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“TAMPs are often the first thing that advisors outsource. They know that they aren’t very good at investments and they were very happy to turn to somebody who had some expertise in there. So what’s happened is that they’ve had to adopt and integrate more tools such as onboarding and proposal generation. I think the next generation will be the integration of planning into the TAMP solution so that the plan is linked to the investment solution. Then any change to the plan immediately kick off instructions to change the investment portfolio.”
— Matt Regan, President, Wealthcare Capital Management
Matt Regan is currently president of Wealthcare. Prior to Wealthcare, Matt served as the Chief Operating Officer of Wescott Financial, a $2 billion RIA based in Philadelphia. With more than two decades in the financial services industry, Matt has been involved in a number of transformative business models and has remained focused on building world class organizations with a focus on the client.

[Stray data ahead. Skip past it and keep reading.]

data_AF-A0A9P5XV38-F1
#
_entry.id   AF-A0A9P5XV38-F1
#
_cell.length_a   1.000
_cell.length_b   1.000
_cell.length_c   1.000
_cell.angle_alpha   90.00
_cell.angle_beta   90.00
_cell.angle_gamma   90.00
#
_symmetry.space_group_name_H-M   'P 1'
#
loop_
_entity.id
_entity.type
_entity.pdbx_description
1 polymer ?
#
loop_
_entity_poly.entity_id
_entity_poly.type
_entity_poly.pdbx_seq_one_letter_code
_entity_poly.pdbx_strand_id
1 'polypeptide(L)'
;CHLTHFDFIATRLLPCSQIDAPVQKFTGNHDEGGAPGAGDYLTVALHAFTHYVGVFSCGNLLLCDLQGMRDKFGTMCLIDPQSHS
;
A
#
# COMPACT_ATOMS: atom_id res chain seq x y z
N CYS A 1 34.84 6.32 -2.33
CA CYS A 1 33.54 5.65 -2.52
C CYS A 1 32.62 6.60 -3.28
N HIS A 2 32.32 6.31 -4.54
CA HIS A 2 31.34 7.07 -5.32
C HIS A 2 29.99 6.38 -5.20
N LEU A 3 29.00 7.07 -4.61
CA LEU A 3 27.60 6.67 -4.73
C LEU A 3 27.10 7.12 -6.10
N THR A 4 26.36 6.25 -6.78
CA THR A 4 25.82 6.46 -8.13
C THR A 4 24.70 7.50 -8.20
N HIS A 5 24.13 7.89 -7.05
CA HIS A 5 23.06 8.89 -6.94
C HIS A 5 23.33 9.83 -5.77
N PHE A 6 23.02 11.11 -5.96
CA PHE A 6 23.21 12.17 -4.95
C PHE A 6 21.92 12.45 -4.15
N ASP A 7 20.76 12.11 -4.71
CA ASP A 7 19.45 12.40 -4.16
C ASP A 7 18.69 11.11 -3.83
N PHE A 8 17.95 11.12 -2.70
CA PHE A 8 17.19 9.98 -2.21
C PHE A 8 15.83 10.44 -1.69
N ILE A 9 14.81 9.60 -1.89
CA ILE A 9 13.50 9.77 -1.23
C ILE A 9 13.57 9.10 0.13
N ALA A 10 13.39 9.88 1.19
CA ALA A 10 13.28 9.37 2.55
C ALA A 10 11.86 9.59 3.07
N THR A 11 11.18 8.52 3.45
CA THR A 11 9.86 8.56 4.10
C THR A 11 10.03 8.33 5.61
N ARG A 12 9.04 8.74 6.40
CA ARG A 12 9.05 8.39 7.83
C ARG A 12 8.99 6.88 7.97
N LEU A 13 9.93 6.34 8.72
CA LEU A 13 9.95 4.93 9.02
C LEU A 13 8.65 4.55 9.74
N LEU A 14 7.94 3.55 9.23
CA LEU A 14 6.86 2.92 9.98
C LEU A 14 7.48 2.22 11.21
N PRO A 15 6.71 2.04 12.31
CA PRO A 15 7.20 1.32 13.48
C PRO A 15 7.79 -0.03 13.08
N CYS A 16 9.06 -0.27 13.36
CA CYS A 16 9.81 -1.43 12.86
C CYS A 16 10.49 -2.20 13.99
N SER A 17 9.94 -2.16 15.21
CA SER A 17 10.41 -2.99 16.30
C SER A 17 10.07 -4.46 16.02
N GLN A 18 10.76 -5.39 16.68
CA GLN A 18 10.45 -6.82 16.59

As a founding partner of WR Hambrecht+Co, Matt launched the retail brokerage offering and helped to design and launch the auction-based OpenIPO system. As a consultant to Vanguard, Matt was involved in the technology and business transformation that created the infrastructure that underlies the firm’s Personal Advisor Services offering. Matt is a graduate of the University of Toronto and resides outside Philadelphia with his wife and three children.
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- Adhesion Wealth [23:59]
- Assetmark [09:49]
- Brinker Capital [09:43]
- Carson Group [20:41]
- eMoney Advisor [11:27]
- Envestnet [09:46]
- Fidelity [11:26]
- LifeYield [24:48]
- Orion Advisor Tech [09:43]
- Parametric [17:26]
- Tegra118 [13:47]
- Vestmark [23:59]
Topics Covered in this Episode
- Wealthcare Background [03:00]
- Why Are TAMPs Being Forced to Deliver More Tech Solutions? [08:30]
- Big Players Snapping Up Planning Tools [11:00]
- What Is United Capital’s Future at Goldman? [15:00]
- Wealthcare Competition [20:30]